Further on, tall wattles Acacia spp. mark the edge of the rainforest and several large mango trees indicate the site of another historic railway construction camp. The forest then opens up—large pink bloodwoods Corymbia intermedia and red mahoganies Eucalyptus pellita form a high canopy with a sparse rainforest understorey. Pink bloodwoods have distinctive spotted, barrel- or urn-shaped seed capsules, often found scattered along the track. The track winds up a steep switchback towards the ridge top and another railway camp site indicated by a single mango tree. Views of the coast, Lake Placid and the Barron River can be had along the way.

The track crosses the Kuranda–Cairns railway line on an overpass. The distinctive landmark of Red Bluff can be seen above the railway line. Note the change in soil to red clay. In 1888 during the construction of the railway line, a huge navvy camp boasting three hotels was located between here and Glacier Rock. Much of the track between the railway line and Red Bluff is unstable so take care through this area. The track ascends steeply via a series of stairs and switchbacks then continues underneath the power lines to the junction of the McDonalds and Douglas tracks 2. This section of track provides views to the east over Cairns and the Barron River delta and to the west over the rainforest-clad Barron River gorge.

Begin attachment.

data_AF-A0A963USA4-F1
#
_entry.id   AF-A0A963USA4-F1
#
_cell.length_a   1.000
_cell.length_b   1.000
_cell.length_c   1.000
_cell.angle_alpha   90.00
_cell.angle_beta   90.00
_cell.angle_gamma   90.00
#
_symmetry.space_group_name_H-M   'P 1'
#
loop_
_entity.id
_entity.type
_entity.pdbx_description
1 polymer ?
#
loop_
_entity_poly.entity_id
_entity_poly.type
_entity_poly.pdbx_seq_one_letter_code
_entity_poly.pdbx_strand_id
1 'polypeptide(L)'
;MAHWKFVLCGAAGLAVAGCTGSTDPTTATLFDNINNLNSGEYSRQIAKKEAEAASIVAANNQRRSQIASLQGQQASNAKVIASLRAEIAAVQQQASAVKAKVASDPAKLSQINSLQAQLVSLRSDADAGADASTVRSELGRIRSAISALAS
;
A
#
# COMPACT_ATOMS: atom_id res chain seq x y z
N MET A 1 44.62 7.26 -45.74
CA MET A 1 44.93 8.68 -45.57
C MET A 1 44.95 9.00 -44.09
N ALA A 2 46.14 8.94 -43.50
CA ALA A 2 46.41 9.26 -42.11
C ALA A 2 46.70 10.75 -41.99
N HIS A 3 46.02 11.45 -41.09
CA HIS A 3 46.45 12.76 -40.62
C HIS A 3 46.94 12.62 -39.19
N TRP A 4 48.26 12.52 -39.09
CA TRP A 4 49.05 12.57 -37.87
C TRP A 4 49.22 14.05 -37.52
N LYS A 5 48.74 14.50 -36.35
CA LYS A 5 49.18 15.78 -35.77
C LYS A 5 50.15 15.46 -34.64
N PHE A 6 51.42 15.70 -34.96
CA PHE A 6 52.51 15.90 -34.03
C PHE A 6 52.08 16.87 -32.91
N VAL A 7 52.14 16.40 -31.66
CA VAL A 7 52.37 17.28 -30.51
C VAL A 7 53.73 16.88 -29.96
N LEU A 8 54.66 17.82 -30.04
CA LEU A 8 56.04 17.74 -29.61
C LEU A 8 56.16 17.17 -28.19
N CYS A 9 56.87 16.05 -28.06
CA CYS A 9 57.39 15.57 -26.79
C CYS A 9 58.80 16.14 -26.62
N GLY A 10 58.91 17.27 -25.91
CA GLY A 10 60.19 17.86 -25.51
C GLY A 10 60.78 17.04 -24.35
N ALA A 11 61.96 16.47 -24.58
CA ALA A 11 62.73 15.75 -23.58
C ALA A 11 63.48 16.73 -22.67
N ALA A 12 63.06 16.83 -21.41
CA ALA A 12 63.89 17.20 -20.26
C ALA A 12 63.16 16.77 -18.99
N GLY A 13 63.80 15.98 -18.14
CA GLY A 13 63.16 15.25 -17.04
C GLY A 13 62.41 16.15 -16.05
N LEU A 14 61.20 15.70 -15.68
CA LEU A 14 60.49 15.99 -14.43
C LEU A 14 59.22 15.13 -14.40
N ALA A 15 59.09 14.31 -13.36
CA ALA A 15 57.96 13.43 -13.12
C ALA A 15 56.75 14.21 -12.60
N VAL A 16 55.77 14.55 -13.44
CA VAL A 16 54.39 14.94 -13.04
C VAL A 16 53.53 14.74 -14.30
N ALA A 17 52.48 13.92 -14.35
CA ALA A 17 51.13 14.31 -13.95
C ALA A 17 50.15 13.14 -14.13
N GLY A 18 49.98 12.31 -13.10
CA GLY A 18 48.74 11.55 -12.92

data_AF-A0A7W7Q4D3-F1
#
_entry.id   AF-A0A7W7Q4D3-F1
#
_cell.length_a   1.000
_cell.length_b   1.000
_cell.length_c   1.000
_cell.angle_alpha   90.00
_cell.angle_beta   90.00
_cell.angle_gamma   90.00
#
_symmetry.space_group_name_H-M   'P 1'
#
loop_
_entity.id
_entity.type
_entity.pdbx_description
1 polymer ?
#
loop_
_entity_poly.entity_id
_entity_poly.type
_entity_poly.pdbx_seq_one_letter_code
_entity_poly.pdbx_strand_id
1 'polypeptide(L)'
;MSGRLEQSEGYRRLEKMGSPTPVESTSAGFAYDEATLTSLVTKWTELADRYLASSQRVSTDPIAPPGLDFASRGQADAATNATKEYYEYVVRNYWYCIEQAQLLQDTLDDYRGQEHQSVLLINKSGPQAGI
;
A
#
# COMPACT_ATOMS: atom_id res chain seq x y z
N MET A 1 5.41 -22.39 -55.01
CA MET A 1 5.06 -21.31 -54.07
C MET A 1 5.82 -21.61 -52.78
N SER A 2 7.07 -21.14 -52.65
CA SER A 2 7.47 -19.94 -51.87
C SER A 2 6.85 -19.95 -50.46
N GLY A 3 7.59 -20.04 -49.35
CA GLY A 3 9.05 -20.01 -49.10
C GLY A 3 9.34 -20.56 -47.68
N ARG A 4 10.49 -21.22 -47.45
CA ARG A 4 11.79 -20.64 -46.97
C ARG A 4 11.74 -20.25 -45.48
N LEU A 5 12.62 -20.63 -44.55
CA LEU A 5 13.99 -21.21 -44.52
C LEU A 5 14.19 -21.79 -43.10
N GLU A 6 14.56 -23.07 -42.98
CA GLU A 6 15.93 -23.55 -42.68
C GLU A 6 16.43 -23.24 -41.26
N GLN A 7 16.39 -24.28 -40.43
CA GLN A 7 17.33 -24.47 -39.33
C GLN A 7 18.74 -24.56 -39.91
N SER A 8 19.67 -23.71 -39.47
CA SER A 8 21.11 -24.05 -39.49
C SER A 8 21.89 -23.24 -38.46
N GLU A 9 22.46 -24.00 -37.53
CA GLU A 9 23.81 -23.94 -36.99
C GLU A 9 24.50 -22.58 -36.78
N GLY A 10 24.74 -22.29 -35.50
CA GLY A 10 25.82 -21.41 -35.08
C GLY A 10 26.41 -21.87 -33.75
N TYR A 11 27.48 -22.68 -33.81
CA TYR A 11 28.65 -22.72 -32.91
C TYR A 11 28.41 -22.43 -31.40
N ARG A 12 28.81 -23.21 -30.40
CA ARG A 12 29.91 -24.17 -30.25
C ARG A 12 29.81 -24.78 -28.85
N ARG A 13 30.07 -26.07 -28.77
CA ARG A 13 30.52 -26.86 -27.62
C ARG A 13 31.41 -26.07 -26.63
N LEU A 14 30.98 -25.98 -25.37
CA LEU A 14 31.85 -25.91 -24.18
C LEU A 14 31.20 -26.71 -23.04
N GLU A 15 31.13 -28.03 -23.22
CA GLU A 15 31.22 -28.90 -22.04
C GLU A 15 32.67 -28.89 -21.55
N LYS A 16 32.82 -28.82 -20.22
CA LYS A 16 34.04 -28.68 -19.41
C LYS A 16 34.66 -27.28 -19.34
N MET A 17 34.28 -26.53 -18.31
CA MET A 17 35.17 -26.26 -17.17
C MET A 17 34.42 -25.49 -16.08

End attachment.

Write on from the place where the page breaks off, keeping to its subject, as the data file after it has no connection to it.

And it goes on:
Option

From junction 2, follow the McDonalds track (4.8 km) to Wrights lookout, Kuranda (Map location: twelve (12)) or continue along the Douglas track (5.2 km) to the Speewah camping area (Map location: thirteen (13)).

Track junction 2–3

Distance: 730 m

Time: allow about 15 mins walking time

Grade: easy to moderate

The track now descends into multi-layered rainforest. As you enter the forest, notice the woody oval-shaped seeds of the Kuranda quandong Elaeocarpus bancroftii on the ground. Many seeds contain holes made by the white-tailed rat feeding on the enclosed seed. As the track undulates through the rainforest, look for two types of lawyer cane—the vicious hairy Mary Calamus radicalis with hairy spines and Calamus motii with large yellow-green spines.